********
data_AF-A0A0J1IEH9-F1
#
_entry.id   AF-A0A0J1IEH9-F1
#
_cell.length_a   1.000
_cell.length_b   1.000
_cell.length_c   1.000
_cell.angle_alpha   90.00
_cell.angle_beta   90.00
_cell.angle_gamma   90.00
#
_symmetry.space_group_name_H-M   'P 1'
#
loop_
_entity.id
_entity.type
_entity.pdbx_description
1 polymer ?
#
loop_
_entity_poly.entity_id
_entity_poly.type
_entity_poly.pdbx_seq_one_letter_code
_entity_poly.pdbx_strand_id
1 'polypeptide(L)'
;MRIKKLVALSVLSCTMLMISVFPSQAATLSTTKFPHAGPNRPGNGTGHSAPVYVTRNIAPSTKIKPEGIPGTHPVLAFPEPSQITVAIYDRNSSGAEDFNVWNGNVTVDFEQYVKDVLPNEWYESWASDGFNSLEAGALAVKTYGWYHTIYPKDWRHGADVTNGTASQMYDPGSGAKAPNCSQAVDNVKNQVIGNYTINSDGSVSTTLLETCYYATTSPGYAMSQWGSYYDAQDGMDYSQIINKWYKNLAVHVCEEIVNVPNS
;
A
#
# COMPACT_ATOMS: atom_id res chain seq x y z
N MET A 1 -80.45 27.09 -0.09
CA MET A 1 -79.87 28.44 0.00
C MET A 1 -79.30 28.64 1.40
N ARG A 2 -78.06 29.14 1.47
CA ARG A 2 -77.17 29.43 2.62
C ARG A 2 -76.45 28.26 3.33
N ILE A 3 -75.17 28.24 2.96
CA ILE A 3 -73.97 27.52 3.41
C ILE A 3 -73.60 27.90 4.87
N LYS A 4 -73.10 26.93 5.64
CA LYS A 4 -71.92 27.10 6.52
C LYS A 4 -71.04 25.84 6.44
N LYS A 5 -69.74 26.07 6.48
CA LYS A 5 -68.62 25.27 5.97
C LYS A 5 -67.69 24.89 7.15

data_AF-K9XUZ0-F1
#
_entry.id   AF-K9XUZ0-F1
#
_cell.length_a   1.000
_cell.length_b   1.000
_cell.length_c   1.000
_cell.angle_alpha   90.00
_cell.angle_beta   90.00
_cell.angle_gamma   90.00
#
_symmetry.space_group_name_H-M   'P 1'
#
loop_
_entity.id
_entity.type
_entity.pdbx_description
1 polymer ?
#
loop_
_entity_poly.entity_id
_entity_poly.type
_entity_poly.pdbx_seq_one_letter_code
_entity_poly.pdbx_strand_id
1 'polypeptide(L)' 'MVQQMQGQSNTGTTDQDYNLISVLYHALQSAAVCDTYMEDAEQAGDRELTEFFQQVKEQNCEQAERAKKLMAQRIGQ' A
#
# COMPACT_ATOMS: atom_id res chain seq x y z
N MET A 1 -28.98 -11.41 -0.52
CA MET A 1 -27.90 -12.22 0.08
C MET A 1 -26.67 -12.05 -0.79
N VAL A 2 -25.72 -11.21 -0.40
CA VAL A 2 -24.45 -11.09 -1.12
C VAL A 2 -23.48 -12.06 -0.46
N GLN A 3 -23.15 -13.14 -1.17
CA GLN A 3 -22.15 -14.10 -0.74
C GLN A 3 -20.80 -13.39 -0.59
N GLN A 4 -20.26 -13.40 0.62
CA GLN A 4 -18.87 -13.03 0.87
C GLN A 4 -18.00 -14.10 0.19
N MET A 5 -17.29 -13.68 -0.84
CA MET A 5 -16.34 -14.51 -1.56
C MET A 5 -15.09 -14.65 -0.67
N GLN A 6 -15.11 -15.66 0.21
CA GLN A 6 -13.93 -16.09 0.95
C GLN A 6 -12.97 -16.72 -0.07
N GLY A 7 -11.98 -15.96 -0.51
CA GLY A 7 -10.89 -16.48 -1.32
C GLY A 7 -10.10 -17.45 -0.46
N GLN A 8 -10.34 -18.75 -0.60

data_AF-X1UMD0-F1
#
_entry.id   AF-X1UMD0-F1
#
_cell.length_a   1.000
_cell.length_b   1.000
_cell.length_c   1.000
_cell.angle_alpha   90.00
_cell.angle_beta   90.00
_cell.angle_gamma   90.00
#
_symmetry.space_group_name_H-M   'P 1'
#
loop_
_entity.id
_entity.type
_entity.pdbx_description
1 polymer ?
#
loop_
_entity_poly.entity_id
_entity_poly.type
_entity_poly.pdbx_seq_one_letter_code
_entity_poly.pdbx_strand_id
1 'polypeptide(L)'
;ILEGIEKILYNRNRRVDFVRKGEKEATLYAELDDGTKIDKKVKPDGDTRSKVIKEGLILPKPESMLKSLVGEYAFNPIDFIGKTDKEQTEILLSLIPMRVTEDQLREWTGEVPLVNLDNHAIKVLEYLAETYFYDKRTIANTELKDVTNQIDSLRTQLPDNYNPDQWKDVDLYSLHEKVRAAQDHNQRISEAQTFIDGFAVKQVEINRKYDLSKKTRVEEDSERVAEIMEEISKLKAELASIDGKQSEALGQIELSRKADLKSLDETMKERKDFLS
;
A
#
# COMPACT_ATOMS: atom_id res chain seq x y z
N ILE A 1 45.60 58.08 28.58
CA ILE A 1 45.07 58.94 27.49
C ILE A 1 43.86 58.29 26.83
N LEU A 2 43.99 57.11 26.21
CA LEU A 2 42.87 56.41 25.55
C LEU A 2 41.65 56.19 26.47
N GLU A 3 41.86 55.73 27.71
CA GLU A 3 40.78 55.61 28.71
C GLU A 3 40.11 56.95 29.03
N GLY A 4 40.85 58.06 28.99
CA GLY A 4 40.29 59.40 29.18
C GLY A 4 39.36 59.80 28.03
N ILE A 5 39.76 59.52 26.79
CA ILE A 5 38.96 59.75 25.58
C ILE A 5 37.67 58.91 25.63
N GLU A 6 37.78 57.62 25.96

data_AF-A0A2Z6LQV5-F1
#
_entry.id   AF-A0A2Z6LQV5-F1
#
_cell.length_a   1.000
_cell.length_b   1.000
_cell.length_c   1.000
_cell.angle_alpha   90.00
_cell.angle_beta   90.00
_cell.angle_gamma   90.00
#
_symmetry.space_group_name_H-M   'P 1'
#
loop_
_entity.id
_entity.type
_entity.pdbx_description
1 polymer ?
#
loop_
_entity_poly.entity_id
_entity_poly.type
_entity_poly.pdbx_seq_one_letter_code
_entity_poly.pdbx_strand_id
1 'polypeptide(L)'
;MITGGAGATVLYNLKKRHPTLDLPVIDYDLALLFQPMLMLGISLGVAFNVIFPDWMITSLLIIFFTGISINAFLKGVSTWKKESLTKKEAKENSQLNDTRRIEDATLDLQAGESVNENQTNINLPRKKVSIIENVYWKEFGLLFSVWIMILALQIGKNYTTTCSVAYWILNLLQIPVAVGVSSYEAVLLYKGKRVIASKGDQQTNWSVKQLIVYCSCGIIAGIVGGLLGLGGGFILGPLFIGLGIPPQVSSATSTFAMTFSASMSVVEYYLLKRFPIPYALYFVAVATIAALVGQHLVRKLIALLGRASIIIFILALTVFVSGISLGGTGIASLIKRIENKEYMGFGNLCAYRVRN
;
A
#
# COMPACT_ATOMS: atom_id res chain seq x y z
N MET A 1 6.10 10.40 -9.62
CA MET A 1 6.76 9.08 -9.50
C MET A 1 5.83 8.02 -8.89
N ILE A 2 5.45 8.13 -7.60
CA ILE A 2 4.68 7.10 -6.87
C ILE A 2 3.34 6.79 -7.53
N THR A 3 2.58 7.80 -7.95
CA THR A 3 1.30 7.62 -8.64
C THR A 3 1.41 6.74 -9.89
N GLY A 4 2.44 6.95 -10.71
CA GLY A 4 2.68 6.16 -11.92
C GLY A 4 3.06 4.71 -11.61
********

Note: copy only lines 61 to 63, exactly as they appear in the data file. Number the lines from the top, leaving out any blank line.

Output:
_entity.type
_entity.pdbx_description
1 polymer ?